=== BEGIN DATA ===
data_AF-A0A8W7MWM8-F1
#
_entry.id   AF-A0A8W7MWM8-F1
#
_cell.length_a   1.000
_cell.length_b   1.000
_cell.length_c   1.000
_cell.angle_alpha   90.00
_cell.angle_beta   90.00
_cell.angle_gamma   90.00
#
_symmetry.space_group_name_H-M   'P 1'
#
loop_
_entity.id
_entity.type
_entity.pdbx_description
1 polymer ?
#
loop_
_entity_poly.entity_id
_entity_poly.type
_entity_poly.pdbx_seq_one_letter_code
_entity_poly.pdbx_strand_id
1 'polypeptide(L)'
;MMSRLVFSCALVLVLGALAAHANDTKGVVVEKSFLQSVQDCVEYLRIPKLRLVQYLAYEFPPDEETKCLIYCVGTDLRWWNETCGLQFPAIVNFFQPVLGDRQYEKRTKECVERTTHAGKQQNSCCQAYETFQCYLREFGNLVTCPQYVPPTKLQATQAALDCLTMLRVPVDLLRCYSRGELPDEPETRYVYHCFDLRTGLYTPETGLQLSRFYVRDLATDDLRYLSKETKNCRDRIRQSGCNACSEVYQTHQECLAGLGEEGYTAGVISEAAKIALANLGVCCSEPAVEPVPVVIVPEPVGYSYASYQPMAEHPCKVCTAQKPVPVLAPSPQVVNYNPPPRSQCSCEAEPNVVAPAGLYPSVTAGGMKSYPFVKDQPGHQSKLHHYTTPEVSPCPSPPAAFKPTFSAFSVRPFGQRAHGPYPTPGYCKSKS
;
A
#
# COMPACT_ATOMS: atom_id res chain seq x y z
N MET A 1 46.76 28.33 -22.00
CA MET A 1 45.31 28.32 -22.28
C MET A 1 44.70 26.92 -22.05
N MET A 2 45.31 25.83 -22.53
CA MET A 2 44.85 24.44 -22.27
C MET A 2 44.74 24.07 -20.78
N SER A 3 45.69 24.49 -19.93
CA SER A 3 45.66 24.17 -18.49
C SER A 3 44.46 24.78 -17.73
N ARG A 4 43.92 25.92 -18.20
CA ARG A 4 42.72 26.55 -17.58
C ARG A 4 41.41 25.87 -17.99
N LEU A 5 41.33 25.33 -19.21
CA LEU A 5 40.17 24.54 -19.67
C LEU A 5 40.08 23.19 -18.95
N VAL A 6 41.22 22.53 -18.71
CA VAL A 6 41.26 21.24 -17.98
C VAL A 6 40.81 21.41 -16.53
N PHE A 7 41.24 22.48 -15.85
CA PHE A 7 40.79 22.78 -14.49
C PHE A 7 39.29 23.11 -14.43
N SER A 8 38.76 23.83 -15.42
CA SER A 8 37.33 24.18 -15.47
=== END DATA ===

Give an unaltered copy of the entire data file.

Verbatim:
data_AF-A0A8W7MWM8-F1
#
_entry.id   AF-A0A8W7MWM8-F1
#
_cell.length_a   1.000
_cell.length_b   1.000
_cell.length_c   1.000
_cell.angle_alpha   90.00
_cell.angle_beta   90.00
_cell.angle_gamma   90.00
#
_symmetry.space_group_name_H-M   'P 1'
#
loop_
_entity.id
_entity.type
_entity.pdbx_description
1 polymer ?
#
loop_
_entity_poly.entity_id
_entity_poly.type
_entity_poly.pdbx_seq_one_letter_code
_entity_poly.pdbx_strand_id
1 'polypeptide(L)'
;MMSRLVFSCALVLVLGALAAHANDTKGVVVEKSFLQSVQDCVEYLRIPKLRLVQYLAYEFPPDEETKCLIYCVGTDLRWWNETCGLQFPAIVNFFQPVLGDRQYEKRTKECVERTTHAGKQQNSCCQAYETFQCYLREFGNLVTCPQYVPPTKLQATQAALDCLTMLRVPVDLLRCYSRGELPDEPETRYVYHCFDLRTGLYTPETGLQLSRFYVRDLATDDLRYLSKETKNCRDRIRQSGCNACSEVYQTHQECLAGLGEEGYTAGVISEAAKIALANLGVCCSEPAVEPVPVVIVPEPVGYSYASYQPMAEHPCKVCTAQKPVPVLAPSPQVVNYNPPPRSQCSCEAEPNVVAPAGLYPSVTAGGMKSYPFVKDQPGHQSKLHHYTTPEVSPCPSPPAAFKPTFSAFSVRPFGQRAHGPYPTPGYCKSKS
;
A
#
# COMPACT_ATOMS: atom_id res chain seq x y z
N MET A 1 46.76 28.33 -22.00
CA MET A 1 45.31 28.32 -22.28
C MET A 1 44.70 26.92 -22.05
N MET A 2 45.31 25.83 -22.53
CA MET A 2 44.85 24.44 -22.27
C MET A 2 44.74 24.07 -20.78
N SER A 3 45.69 24.49 -19.93
CA SER A 3 45.66 24.17 -18.49
C SER A 3 44.46 24.78 -17.73
N ARG A 4 43.92 25.92 -18.20
CA ARG A 4 42.72 26.55 -17.58
C ARG A 4 41.41 25.87 -17.99
N LEU A 5 41.33 25.33 -19.21
CA LEU A 5 40.17 24.54 -19.67
C LEU A 5 40.08 23.19 -18.95
N VAL A 6 41.22 22.53 -18.71
CA VAL A 6 41.26 21.24 -17.98
C VAL A 6 40.81 21.41 -16.53
N PHE A 7 41.24 22.48 -15.85
CA PHE A 7 40.79 22.78 -14.49
C PHE A 7 39.29 23.11 -14.43
N SER A 8 38.76 23.83 -15.42
CA SER A 8 37.33 24.18 -15.47